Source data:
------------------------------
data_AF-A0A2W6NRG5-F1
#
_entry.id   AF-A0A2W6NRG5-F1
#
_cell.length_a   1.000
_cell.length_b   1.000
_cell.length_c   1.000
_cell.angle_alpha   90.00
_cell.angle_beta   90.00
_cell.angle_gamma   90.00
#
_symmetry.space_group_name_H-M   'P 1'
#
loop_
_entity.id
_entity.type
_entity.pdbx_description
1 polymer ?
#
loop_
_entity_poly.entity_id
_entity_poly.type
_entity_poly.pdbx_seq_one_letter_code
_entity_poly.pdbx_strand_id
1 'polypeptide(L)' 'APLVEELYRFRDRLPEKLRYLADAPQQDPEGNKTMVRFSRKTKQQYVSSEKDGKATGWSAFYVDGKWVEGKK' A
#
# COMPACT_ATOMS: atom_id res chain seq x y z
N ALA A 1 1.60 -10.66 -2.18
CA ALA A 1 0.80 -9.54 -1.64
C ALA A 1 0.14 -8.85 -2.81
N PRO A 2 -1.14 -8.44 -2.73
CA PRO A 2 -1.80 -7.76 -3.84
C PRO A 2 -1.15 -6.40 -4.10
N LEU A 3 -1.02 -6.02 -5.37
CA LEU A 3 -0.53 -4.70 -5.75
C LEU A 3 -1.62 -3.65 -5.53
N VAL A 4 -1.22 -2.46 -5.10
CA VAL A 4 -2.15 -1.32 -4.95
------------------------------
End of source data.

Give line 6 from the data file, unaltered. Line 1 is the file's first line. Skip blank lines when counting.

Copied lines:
_cell.length_b   1.000